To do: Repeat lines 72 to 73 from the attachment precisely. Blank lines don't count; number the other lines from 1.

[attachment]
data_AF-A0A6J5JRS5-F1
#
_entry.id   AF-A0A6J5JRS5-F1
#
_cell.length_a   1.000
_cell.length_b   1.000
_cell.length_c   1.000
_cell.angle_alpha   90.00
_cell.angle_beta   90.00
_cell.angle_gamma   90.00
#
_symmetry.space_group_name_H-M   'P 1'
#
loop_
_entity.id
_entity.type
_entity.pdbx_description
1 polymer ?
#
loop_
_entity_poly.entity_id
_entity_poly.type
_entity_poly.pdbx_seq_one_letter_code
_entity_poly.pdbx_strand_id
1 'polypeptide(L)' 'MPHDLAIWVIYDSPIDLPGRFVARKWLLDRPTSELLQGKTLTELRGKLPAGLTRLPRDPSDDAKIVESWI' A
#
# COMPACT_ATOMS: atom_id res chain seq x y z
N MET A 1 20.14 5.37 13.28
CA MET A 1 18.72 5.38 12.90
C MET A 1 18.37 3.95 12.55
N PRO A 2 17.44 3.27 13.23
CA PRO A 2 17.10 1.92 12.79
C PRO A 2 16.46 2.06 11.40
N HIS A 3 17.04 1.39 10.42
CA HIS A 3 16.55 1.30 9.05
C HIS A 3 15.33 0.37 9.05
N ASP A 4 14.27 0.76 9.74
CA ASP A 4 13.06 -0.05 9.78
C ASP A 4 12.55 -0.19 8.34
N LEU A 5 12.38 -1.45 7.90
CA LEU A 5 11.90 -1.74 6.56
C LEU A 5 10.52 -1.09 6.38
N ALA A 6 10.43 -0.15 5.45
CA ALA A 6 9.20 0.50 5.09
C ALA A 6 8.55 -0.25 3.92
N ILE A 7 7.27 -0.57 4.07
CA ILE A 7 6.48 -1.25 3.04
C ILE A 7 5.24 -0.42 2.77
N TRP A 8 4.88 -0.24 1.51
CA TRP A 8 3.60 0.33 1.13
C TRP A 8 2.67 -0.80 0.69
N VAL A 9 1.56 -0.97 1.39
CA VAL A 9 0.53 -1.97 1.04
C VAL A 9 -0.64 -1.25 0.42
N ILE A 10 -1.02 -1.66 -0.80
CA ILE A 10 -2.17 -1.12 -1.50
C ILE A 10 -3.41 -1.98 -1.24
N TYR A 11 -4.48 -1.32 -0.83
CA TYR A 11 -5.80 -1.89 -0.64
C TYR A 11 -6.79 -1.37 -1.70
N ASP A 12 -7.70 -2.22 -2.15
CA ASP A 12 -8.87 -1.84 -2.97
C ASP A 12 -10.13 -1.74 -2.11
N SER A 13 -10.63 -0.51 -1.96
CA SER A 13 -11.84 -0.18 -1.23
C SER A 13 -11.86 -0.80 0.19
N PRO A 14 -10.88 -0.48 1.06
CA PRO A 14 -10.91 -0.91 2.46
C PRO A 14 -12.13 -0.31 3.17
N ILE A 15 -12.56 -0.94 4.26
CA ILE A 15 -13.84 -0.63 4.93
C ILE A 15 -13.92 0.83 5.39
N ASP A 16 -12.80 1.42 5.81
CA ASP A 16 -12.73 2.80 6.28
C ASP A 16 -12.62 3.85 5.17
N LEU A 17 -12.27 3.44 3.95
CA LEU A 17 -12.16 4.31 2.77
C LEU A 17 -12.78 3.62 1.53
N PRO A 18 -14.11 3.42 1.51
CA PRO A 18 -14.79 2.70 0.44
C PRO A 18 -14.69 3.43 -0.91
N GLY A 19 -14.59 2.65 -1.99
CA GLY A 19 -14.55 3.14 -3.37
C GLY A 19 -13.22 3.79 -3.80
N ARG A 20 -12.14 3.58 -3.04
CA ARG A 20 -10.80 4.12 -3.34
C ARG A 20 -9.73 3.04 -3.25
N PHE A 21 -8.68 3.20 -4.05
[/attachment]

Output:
C ILE A 15 -13.92 0.83 5.39
N ASP A 16 -12.80 1.42 5.81